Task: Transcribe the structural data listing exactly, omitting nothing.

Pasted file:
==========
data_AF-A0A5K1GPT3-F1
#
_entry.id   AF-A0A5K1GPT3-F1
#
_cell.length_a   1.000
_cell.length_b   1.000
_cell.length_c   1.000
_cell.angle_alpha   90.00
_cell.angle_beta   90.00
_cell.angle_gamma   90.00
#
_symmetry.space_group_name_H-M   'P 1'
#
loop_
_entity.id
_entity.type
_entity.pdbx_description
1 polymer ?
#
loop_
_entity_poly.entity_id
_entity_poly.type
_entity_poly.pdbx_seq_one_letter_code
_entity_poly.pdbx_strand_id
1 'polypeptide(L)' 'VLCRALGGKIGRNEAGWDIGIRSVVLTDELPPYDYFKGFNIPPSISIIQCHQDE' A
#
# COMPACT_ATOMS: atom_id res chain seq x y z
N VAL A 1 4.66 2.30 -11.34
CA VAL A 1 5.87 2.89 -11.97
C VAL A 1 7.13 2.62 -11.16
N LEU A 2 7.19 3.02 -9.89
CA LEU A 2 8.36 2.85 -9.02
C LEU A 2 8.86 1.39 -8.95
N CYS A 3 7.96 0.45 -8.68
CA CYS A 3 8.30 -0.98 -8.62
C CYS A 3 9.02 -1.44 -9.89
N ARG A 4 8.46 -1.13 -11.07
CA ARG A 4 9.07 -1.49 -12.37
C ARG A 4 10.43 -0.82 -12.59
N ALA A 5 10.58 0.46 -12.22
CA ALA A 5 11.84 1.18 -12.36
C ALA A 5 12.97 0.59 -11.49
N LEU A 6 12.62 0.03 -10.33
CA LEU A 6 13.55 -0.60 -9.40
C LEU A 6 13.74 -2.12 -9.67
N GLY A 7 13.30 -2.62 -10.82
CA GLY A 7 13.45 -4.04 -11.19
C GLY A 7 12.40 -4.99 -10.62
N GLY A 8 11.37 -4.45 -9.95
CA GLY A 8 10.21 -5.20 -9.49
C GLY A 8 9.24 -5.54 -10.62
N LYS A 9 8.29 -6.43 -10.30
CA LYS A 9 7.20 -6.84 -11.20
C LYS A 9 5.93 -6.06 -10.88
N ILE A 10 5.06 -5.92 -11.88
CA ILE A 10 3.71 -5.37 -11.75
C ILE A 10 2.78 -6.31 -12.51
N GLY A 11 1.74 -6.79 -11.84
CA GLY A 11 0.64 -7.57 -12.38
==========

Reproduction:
data_AF-A0A5K1GPT3-F1
#
_entry.id   AF-A0A5K1GPT3-F1
#
_cell.length_a   1.000
_cell.length_b   1.000
_cell.length_c   1.000
_cell.angle_alpha   90.00
_cell.angle_beta   90.00
_cell.angle_gamma   90.00
#
_symmetry.space_group_name_H-M   'P 1'
#
loop_
_entity.id
_entity.type
_entity.pdbx_description
1 polymer ?
#
loop_
_entity_poly.entity_id
_entity_poly.type
_entity_poly.pdbx_seq_one_letter_code
_entity_poly.pdbx_strand_id
1 'polypeptide(L)' 'VLCRALGGKIGRNEAGWDIGIRSVVLTDELPPYDYFKGFNIPPSISIIQCHQDE' A
#
# COMPACT_ATOMS: atom_id res chain seq x y z
N VAL A 1 4.66 2.30 -11.34
CA VAL A 1 5.87 2.89 -11.97
C VAL A 1 7.13 2.62 -11.16
N LEU A 2 7.19 3.02 -9.89
CA LEU A 2 8.36 2.85 -9.02
C LEU A 2 8.86 1.39 -8.95
N CYS A 3 7.96 0.45 -8.68
CA CYS A 3 8.30 -0.98 -8.62
C CYS A 3 9.02 -1.44 -9.89
N ARG A 4 8.46 -1.13 -11.07
CA ARG A 4 9.07 -1.49 -12.37
C ARG A 4 10.43 -0.82 -12.59
N ALA A 5 10.58 0.46 -12.22
CA ALA A 5 11.84 1.18 -12.36
C ALA A 5 12.97 0.59 -11.49
N LEU A 6 12.62 0.03 -10.33
CA LEU A 6 13.55 -0.60 -9.40
C LEU A 6 13.74 -2.12 -9.67
N GLY A 7 13.30 -2.62 -10.82
CA GLY A 7 13.45 -4.04 -11.19
C GLY A 7 12.40 -4.99 -10.62
N GLY A 8 11.37 -4.45 -9.95
CA GLY A 8 10.21 -5.20 -9.49
C GLY A 8 9.24 -5.54 -10.62
N LYS A 9 8.29 -6.43 -10.30
CA LYS A 9 7.20 -6.84 -11.20
C LYS A 9 5.93 -6.06 -10.88
N ILE A 10 5.06 -5.92 -11.88
CA ILE A 10 3.71 -5.37 -11.75
C ILE A 10 2.78 -6.31 -12.51
N GLY A 11 1.74 -6.79 -11.84
CA GLY A 11 0.64 -7.57 -12.38